Internet Democracy, Blogs and the Demise of the Expert
General wisdom and standard moral doctrines say that everyone is entitled to their opinion, there are two sides to every story, and that everyone’s voice deserves to be heard. I agree … Sort of. Some opinions are harmful and wrong, not every story has 2 sides (some have none, and some have 34 sides), and there are plenty of voices that ought to get “shhhh’d” more often. In our Web 2.0 world, it’s getting harder and harder to filter out the noise and get at the truth. Everyone and their brother has a blog, and credibility is often built on volume, rather than substance.
Take the idea of ‘crowd sourcing’. The theory is that the wisdom of the crowd will generate truth for us and the internet will set us free. The prime example on the web is the rise and prominence of Wikipedia as a repository for knowledge and facts. But as a representation of what we know to be true, the wisdom of crowds has no greater value than Trivial Pursuit. Wikipedia is full of mistakes, half truths and misunderstandings. Everyone has the right to edit Wiki articles, contribute, and add content. That seems wonderful on the face of it. Democracy. Freedom of speech. The problem is that Wikipedia has no mechanism in place to discern between a true subject matter expert (say, a professional engineer posting an article on hydraulic pumps) or the 15 year old goof-ball who wants to mess around with the web by posting nonsense. In the democratic world of the internet, both have an equal claim to the truth, and the Engineer’s credentials mean nothing.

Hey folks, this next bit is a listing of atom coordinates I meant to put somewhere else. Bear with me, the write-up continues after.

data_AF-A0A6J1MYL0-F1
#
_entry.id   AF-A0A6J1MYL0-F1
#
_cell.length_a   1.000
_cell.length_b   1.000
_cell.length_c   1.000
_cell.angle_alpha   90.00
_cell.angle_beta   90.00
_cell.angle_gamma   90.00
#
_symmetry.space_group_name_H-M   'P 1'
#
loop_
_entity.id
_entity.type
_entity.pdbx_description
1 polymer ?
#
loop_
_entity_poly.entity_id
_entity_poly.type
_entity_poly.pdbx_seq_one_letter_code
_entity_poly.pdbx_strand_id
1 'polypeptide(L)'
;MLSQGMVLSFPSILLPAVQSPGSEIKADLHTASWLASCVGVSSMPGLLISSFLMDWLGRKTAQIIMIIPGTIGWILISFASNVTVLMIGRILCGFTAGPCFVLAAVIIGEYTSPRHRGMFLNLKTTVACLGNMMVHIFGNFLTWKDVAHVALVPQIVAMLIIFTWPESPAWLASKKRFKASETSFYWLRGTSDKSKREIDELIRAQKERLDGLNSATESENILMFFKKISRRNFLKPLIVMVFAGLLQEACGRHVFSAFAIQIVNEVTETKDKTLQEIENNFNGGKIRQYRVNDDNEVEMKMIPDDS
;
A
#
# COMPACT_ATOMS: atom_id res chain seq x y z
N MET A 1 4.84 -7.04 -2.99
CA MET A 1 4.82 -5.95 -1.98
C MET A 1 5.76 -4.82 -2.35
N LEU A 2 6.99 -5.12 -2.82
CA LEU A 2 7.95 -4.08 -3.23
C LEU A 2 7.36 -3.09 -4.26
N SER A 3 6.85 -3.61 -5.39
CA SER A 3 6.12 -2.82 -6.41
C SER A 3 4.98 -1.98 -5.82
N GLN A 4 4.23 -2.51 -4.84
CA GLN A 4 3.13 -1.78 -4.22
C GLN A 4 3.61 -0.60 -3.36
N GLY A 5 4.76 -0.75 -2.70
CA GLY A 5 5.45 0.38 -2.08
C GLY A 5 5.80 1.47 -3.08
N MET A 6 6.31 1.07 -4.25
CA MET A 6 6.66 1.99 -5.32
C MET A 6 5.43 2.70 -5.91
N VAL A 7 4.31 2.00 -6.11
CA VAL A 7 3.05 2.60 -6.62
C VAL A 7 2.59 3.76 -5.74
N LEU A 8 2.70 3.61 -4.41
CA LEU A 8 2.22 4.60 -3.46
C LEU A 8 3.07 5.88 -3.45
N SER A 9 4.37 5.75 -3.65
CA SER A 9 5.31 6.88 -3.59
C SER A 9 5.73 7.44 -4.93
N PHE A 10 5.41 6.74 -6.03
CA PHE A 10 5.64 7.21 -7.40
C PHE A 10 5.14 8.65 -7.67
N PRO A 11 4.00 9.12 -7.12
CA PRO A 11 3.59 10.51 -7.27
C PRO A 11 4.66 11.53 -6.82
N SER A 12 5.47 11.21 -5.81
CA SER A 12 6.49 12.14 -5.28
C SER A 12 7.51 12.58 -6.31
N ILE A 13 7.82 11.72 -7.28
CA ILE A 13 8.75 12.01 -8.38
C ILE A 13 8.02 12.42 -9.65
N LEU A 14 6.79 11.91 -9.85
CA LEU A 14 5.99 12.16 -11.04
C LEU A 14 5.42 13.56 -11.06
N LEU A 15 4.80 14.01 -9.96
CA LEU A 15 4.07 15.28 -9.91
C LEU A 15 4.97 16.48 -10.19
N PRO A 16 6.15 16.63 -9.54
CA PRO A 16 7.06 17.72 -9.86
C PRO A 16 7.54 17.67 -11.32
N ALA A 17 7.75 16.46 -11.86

So where do you turn to for genuine advice? Popular opinion can tell you what’s “trending” but it’s no guarantee for what’s true. When everyone has a voice on the web, how do you find a genuine expert who also has the knowledge and experience to trust? The simple answer is to look for exactly that: EXPERIENCE. A resume of participation, success, and a history of action are the real markers of truth and genuine wisdom. And sometimes it takes a bit of work to find them. Ask people you trust and work from there. Avoid the loud voices and look for the doers.
I am not saying avoid Wikipedia and blogs … I am urging you to look past them.